Community meets with law enforcement to tackle crime at the Blue Ridge Crossing Shopping Center

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KANSAS CITY, Mo. - Shootings, panhandling, and loitering. The Blue Ridge Crossing Shopping Center is at the center of it all.

Police tell FOX4 they respond to the intersection of I-70 and 40 Highway at least once a day.

On Saturday, Jackson County Sheriff Darryl Forte lead a group of people to think of ways to stop them by asking one question: Where does law enforcement stop and personal responsibility start?

"It's not affecting the I-70 and Sterling location," one man in the audience of the meeting said. "It's a cancer. It's growing."

The Blue Ridge Shopping Center lies on the border of Kansas City and Independence. It is nine miles away from the Jackson County Sheriff's Office off Lakewood Court, but it's close enough to 30 people's homes that they made the trek to speak with Sheriff Forte Saturday.

One person said the people who loiter "are criminals, and they are taking over our neighborhoods, our communities."

"These are people; they're just like us," another person said in response.

The area at Blue Ridge Crossing has been plagued with problems. A double shooting killed two people near the bus stop in July. Panhandling is constant. Many in the room admitted to avoiding the area due to rumored purse snatchings and car break-ins.

Police reminded the room that Wal-Mart, an anchor store of the shopping center, employs two Kansas City Police officers inside its store at all times.

The owners of the McDonald's across the parking lot from Wal-Mart took over the restaurant in 2014.

"I want to make sure that my employees, my customers, myself, my family, it's safe for them as well as everybody else," Anthony Salinas, owner of the McDonalds, said.

Salinas was invited to the meeting to share what he's been trying to do to combat crime that used to plague his business.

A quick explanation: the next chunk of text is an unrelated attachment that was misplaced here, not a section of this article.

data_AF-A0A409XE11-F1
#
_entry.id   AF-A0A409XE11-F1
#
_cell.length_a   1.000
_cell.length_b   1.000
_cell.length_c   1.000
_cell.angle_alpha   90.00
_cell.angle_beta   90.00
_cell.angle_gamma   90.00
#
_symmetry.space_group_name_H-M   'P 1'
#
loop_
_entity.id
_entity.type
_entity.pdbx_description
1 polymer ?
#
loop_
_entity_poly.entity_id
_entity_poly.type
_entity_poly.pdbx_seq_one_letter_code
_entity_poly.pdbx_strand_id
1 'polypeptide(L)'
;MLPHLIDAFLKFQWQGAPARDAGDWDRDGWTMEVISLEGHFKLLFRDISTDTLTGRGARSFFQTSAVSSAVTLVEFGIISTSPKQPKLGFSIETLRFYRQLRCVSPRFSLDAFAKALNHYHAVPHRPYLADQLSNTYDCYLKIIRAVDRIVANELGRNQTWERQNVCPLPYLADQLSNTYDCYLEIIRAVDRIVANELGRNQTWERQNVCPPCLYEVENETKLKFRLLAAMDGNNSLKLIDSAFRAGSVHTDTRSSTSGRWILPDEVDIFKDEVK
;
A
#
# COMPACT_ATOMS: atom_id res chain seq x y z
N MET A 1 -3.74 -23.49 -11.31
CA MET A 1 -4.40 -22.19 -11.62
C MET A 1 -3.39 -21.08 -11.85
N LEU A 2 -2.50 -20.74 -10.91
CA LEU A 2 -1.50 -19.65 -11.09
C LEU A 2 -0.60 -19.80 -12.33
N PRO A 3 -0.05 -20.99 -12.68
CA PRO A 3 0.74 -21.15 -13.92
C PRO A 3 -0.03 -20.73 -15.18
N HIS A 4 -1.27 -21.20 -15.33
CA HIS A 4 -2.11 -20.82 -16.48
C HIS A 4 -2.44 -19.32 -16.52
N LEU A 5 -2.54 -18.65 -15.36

He described the meeting as "a little frustrating when it was 'What are you going to do, what are you going to do?'"

"I used to think that way until somebody asked me, 'Well, what have you done to help the situation?' And that's opened my eyes up," Salinas said.

He described having to adhere to consistent, and strict, rules to keep his patrons and employees safe. He and his co-owner have taken down trees and shrubs to open up the area, and since 2014, they have put up 16 cameras.

He told FOX4 that it worked. The crime is not inside his restaurant.

"We call them cockroaches," he said. "An officer drives by, and they scatter."

Charles Green moved to the area from Washington DC almost two years ago.

"We need to organize," he said. "Get to know what's going on in our individual neighborhoods."

Green said wants to start a Neighborhood Watch.

"I think getting people out and meeting their neighbors and walking their neighborhoods is the first step towards developing greater respect and neighbors, different neighborhoods," he said.

Instead of finding solutions on Sept. 14, these 30 people found each other.  And that may be the the answer.

"If you want it to stop, we all have to work together," Salinas said.

Sheriff Forte continued to tell the room "we can help, but we're not going to be the sole solution."

Forte discussed how the Ivanhoe Neighborhood has become a national model for a community reclaiming itself from crime. He pointed out resources available to communities: the Center for Conflict Resolution and the Center for Neighborhoods. He shared stories of people completing community service hours by picking up trash along Troost, and suggested something similar might be appropriate for the Blue Ridge Crossing Bus Stop.

"As long as you know there's someone out there with your same problem," Salinas said. "You're not the only one, it helps you out a lot more. It gives you that little push, that it's not just me that's dealing with these issues, that I have someone I can lean on and reach out to for answers."

To become involved in the Neighborhood Watch Green is organizing, email him at cmgreenjr@gmail.com

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